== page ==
"The problem with defending the purity of the English language is that English is about as pure as a cribhouse whore. We don't just borrow words; on occasion, English has pursued other languages down alleyways to beat them unconscious and rifle their pockets for new vocabulary."—James Nicoll, in rec.arts.sf-lovers, circa 1990
I just came upon this quote, courtesy of Marcus Antaya, in a comment posted to Sandra Kasturi's Facebook page. Sandra is a co-publisher of Chizine Publications.
I'm often intrigued by quotes -- and this one in particular given my profession as an editor (of the English language) -- and will occasionally post them here. Of course, before I post a quote, I always check out who the author of said quote is if I'm not familiar with the name. According to the entry in Wikipedia, James Nicoll "is a former role-playing game store owner, a freelance game and speculative fiction reviewer.... As a Usenet personality, Nicoll is known for writing a widely quoted epigram on the English language, as well as for his accounts of suffering a high number of accidents, which he has narrated over the years in Usenet groups like rec.arts.sf.written and rec.arts.sf.fandom."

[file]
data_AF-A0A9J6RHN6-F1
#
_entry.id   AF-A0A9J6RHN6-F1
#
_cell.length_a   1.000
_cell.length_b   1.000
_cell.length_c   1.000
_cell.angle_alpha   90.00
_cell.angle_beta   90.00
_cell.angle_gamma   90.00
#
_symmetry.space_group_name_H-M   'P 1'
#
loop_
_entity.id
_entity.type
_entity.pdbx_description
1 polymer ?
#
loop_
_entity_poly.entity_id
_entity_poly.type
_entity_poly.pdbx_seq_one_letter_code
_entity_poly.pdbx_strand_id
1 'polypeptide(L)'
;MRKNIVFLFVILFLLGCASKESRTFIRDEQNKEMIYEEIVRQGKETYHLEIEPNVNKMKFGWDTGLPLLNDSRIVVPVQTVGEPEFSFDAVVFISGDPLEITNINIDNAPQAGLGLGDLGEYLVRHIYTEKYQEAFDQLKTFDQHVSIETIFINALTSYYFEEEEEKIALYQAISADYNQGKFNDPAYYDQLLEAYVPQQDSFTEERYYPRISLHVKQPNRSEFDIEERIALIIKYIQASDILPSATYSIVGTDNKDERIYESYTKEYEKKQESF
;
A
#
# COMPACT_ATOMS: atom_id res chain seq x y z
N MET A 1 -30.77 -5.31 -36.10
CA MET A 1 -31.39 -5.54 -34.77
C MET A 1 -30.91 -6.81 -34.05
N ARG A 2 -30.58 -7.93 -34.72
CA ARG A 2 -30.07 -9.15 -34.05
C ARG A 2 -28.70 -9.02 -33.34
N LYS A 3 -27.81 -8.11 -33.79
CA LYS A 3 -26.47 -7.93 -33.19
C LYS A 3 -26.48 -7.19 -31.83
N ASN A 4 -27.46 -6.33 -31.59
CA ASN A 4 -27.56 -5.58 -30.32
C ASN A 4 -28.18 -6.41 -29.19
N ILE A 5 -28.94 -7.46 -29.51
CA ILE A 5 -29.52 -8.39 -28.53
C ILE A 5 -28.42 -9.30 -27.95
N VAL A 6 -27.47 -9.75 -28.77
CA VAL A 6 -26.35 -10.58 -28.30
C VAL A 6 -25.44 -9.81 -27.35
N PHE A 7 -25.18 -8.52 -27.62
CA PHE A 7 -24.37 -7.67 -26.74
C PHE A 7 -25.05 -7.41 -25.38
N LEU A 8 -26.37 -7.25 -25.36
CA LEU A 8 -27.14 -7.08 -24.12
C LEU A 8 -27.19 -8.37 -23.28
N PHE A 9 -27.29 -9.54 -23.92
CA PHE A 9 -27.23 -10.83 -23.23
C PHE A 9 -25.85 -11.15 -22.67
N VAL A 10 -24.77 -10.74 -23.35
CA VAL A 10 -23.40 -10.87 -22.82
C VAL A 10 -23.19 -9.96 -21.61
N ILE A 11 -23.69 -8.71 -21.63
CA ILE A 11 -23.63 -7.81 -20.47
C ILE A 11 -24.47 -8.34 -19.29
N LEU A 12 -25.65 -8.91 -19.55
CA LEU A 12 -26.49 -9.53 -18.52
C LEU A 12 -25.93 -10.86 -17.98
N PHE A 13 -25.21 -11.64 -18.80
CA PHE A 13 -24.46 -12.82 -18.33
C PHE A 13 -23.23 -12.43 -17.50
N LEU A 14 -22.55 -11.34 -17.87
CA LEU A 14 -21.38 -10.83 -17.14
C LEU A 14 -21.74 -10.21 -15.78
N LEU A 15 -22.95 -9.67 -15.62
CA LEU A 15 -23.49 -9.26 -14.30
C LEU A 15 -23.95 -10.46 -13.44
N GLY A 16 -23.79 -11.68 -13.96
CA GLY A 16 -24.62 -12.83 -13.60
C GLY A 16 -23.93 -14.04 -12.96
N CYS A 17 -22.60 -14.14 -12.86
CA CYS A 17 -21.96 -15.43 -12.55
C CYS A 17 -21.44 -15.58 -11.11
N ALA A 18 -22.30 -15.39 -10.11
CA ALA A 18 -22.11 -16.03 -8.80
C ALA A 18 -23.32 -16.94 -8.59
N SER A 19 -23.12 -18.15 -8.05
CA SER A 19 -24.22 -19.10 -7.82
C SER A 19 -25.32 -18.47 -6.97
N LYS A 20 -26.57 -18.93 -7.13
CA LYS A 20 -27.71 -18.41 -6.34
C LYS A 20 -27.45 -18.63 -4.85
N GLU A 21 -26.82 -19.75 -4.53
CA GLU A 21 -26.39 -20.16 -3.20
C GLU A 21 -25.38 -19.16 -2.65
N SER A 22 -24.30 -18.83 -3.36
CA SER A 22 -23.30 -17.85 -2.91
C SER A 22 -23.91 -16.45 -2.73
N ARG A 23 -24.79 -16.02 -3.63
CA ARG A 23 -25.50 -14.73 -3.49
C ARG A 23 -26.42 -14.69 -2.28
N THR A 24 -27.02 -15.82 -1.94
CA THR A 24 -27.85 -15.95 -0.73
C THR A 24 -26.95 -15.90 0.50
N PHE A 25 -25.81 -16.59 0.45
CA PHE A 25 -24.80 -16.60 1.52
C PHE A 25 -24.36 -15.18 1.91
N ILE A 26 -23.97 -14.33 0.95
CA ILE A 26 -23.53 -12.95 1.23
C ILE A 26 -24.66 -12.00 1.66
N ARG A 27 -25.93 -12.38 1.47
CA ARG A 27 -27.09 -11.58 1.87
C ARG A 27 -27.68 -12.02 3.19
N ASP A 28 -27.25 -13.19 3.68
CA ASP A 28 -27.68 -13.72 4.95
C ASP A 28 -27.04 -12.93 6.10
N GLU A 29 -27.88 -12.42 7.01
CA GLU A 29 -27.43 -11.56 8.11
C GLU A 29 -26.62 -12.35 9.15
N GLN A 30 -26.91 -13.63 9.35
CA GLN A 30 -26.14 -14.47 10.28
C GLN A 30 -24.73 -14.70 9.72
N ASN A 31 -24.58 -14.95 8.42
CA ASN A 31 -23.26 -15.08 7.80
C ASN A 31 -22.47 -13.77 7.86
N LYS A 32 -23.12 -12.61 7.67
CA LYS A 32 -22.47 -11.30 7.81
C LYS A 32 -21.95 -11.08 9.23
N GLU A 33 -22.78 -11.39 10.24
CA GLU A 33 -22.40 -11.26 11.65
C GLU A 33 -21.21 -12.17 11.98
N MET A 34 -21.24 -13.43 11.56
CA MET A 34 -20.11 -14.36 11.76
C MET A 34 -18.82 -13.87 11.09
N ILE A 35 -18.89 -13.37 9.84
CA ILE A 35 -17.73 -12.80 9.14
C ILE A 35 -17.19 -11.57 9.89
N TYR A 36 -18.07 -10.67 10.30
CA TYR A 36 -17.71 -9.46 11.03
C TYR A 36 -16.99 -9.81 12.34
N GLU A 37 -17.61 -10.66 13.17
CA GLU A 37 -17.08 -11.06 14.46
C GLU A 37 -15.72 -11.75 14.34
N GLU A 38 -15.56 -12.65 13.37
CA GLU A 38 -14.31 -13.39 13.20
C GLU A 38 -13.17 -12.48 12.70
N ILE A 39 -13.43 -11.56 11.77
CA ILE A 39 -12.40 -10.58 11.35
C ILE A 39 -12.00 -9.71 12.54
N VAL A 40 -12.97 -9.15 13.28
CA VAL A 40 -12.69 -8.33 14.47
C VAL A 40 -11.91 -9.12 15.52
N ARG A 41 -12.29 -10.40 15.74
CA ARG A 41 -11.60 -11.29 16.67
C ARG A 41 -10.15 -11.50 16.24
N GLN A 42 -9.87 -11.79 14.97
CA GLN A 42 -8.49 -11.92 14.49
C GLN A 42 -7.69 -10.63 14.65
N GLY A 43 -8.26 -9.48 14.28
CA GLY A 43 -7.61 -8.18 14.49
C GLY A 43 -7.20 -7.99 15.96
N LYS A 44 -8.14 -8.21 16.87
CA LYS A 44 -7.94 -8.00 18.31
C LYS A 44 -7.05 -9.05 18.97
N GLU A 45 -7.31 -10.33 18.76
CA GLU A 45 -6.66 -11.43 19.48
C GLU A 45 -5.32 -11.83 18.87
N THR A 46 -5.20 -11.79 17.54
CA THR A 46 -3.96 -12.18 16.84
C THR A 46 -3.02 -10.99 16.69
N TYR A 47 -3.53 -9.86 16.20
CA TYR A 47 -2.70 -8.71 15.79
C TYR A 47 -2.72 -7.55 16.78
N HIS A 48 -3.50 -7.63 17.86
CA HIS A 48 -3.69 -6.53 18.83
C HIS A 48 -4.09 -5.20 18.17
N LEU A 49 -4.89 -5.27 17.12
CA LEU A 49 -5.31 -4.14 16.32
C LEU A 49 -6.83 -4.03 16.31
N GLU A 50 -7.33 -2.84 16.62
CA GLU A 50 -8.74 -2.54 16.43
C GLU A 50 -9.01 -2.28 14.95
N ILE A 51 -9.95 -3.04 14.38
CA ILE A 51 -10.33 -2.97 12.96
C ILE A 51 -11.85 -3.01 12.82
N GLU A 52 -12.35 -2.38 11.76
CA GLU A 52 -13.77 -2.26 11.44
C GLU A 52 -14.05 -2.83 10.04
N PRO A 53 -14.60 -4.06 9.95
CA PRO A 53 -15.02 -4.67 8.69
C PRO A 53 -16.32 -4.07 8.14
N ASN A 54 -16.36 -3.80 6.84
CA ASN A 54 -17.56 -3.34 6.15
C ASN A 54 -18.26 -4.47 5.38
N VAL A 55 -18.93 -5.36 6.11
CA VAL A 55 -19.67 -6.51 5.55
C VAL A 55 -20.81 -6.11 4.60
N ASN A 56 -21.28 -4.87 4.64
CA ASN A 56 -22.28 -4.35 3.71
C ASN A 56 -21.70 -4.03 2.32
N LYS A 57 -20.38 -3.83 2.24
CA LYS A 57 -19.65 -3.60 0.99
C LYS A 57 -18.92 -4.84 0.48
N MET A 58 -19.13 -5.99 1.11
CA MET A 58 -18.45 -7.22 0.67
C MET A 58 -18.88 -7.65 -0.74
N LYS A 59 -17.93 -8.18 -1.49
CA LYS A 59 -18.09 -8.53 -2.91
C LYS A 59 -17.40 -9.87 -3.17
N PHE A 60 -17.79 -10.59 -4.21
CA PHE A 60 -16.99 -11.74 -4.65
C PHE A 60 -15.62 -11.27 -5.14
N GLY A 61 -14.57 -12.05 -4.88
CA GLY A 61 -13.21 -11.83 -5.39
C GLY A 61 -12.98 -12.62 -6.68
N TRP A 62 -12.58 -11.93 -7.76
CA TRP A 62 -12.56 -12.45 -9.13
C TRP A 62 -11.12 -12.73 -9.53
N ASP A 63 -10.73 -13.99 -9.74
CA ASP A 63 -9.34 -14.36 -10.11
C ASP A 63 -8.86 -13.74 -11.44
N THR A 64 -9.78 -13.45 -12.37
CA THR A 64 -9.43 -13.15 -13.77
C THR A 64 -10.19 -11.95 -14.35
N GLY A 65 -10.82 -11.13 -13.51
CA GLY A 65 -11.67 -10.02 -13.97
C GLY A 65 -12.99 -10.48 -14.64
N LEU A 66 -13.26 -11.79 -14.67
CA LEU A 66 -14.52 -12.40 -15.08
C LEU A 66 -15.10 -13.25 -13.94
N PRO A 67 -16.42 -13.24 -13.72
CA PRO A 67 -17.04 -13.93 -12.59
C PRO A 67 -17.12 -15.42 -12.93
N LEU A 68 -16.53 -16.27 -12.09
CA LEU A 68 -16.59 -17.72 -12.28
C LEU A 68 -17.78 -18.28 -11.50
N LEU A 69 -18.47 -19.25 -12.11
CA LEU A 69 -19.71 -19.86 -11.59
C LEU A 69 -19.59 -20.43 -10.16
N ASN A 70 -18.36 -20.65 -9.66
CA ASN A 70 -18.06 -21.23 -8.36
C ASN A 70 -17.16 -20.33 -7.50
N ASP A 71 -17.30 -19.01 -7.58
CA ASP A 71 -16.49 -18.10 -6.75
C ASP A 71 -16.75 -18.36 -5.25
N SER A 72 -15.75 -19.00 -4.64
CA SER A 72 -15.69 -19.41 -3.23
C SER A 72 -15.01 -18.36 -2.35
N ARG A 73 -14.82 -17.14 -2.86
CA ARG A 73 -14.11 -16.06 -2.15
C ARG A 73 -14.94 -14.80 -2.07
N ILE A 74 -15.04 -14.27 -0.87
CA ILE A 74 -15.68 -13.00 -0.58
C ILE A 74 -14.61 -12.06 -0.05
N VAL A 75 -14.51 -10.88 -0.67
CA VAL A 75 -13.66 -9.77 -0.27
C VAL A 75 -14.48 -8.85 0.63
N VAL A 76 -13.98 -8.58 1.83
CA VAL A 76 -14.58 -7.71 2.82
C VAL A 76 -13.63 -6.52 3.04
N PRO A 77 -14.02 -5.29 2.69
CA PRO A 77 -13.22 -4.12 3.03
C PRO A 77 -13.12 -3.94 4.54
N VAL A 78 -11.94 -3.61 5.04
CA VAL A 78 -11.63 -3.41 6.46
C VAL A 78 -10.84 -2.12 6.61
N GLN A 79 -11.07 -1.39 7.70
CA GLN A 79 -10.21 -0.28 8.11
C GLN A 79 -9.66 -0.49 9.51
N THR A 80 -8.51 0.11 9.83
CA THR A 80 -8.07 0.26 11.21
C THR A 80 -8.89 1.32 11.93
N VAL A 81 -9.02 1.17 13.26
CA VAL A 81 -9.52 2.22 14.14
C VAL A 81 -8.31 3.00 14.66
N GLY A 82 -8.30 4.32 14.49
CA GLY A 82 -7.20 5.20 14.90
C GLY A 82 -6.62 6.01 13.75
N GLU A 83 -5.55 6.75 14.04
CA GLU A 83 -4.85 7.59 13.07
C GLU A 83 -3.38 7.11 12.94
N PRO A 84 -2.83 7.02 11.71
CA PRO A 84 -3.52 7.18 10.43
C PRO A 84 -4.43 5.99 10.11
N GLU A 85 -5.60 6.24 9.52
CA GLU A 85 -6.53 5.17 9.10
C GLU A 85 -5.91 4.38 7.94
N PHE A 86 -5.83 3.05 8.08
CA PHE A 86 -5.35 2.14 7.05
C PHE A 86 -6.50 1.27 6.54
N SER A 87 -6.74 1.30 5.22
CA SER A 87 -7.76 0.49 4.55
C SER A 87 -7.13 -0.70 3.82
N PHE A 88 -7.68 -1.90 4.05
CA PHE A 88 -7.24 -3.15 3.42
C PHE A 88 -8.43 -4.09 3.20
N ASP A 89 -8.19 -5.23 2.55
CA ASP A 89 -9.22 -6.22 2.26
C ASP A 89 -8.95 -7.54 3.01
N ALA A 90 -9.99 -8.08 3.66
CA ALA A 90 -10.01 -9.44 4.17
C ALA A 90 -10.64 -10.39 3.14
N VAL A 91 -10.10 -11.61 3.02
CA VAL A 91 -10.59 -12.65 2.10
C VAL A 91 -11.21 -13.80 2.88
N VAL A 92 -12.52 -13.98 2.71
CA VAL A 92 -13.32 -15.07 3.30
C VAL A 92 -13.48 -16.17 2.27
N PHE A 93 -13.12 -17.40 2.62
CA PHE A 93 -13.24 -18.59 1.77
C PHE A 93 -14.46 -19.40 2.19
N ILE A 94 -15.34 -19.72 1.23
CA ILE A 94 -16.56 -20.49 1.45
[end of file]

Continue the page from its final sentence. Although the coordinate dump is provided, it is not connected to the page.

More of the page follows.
Wikipedia also notes that the quote has been misattributed to other individuals including Booker T. Washington and a nineteenth-century painter also named James Nicoll. But more importantly, the quote, properly attributed, has been included in rhetoric and communications books and quoted online by numerous professors of linguistics. The books and professors are duly listed in the entry.